Saturday, December 21, 2019
Globalist Justin Trudeau won't let resistant premiers scuttle municipal handgun bans
OTTAWA -- Prime Minister Justin Trudeau says he won't let resistance from unwilling premiers scuttle the plans of municipalities that want to ban handguns.
In an interview with The Canadian Press, Trudeau also defended his government's intention to allow handgun prohibition on a city-by-city basis rather than enacting a sweeping federal ban.
Some municipal politicians in Montreal, Ottawa and Toronto, concerned about deadly shootings, have called for measures to control handguns in their cities.
The Trudeau government plans to empower provinces and cities to take steps to manage the storage and use of handguns within their individual jurisdictions, given that they have different needs and concerns.
"We have heard from a number of particularly large cities saying that they want to be able to ban handguns within their city limits," Trudeau said during the wide-ranging interview in Ottawa this week.
"That is something we are hearing from some very specific places across the country but not everywhere across the country. And we feel that it would be a solid step to move forward and give cities and provinces those tools to do that."
The group PolySeSouvient, a leading voice for gun control, is pushing for a truly national handgun ban, arguing local ones are generally ineffective, as what it calls the "disastrous patchwork of local and state laws" in the United States demonstrates.
Local bans would also have to overcome "enormous obstacles," including provincial governments ideologically opposed to gun control and an array of legal and jurisdictional complexities, the group recently warned in a letter to Public Safety Minister Bill Blair.
Ontario Premier Doug Ford has already signalled opposition to banning handguns despite support for the idea from Toronto Mayor John Tory.
The federal government's preference is to hand some powers over firearms to the provinces, which would in turn allow for municipal regulation, Trudeau said.
"In some situations, we may have a province that is unwilling to do that despite the willingness of a city or cities to do that," he said. "At which point, I have been assured, there are other tools we can use that wouldn't be as ideal, because it would involve disagreements with the provinces at a time where we want to be collaborative."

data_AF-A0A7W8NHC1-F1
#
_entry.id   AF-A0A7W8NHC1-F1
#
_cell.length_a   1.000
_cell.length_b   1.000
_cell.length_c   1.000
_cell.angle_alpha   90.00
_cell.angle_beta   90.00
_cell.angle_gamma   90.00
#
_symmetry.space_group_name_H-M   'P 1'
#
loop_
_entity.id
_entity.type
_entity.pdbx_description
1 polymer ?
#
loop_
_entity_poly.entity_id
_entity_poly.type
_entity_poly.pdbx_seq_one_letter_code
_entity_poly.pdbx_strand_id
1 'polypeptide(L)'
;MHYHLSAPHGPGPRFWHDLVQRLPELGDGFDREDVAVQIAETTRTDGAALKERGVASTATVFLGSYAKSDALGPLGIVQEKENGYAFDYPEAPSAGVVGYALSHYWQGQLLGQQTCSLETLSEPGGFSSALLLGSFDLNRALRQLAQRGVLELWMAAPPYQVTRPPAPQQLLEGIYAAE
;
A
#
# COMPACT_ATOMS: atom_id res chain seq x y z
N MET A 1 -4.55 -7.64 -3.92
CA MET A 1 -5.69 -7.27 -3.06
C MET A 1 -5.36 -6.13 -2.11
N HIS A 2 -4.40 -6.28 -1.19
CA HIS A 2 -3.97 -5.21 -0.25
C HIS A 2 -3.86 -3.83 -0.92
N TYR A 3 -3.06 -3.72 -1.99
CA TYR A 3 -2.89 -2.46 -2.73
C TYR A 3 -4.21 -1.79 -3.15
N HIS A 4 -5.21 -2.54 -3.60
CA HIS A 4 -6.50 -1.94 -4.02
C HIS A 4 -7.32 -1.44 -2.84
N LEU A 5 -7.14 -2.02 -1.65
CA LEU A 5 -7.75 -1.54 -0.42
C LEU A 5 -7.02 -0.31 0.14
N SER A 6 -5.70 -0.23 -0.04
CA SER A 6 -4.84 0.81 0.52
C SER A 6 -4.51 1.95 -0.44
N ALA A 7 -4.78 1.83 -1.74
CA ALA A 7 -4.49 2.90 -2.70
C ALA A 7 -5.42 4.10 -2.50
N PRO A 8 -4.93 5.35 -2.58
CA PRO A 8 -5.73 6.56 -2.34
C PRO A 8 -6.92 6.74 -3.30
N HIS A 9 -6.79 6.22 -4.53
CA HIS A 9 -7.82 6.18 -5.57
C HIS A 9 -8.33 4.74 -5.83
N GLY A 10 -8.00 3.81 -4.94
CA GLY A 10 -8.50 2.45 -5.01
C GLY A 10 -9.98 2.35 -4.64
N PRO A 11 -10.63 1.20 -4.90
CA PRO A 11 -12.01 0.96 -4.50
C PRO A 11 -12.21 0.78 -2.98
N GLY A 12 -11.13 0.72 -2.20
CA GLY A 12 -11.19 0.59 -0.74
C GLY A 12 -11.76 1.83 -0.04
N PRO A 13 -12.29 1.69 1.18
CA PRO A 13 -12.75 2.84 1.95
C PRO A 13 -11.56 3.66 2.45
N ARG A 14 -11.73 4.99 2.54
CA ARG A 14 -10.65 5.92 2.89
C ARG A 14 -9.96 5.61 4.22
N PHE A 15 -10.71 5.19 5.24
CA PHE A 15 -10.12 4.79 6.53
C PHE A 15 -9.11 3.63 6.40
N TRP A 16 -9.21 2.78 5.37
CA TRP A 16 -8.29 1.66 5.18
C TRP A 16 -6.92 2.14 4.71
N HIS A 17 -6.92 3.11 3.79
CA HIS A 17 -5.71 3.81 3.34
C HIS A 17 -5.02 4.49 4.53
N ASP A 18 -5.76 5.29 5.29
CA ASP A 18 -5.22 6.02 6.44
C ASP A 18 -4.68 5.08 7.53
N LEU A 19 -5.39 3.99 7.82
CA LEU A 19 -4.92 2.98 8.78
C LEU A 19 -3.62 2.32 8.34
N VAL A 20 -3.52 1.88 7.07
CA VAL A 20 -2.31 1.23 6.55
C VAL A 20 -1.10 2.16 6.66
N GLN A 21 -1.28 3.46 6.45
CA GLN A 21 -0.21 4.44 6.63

Trudeau declined to elaborate on any alternative measure, "because it's something we hope to not have to use."
He stressed that further restrictions represent just one element of the federal strategy on handguns.
The government will push ahead with plans to prevent smuggling of pistols into Canada, collect more information about purchases from retailers, and ensure more secure storage of firearms in shops and homes to deter theft, he said.
The Liberals also see spending on anti-gang programs, community centres and local policing as key to reducing urban violence.
They promise to move quickly on a commitment to outlaw assault-style firearms, including the popular AR-15, saying guns designed to inflict mass casualties have no place in Canada. Owners of legally purchased firearms that fall under the ban will be offered fair-market prices through a buyback program.
The prime minister played down the notion his government's minority status affords little time to usher in tighter gun control.
"Our primary concern is getting it right," he said. "But even in a minority situation we've seen that there is a very clear consensus from three of the parties in the House -- us, the NDP and the Bloc -- that moving forward on much stronger gun control is a priority."
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